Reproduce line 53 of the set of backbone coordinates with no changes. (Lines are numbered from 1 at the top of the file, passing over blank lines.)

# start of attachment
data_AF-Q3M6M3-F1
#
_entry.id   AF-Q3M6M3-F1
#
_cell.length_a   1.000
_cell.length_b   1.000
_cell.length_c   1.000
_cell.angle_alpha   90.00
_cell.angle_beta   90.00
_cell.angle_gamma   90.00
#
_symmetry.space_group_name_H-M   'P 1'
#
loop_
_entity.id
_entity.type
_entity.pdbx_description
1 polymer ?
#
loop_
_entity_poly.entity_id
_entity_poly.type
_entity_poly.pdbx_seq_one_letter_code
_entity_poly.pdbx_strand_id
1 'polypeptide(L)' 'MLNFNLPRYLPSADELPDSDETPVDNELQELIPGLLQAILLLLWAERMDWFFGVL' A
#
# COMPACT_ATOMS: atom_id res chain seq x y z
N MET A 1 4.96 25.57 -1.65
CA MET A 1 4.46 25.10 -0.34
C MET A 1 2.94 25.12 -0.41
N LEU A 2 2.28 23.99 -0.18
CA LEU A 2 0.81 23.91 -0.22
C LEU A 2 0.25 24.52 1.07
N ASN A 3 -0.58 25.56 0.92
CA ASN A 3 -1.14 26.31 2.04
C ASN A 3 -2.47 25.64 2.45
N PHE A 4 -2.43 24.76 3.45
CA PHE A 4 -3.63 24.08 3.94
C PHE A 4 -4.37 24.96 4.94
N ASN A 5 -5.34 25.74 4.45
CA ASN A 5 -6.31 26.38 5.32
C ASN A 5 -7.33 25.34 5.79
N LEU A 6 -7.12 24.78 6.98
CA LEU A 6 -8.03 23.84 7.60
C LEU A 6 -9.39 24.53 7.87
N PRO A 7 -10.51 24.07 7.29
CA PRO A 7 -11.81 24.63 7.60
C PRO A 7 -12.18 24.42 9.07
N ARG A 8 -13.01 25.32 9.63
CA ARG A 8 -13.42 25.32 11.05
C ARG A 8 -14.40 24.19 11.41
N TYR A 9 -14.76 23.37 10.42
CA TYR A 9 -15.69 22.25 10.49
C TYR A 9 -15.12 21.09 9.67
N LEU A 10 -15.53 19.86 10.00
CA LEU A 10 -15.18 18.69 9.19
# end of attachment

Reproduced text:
CA TYR A 9 -15.69 22.25 10.49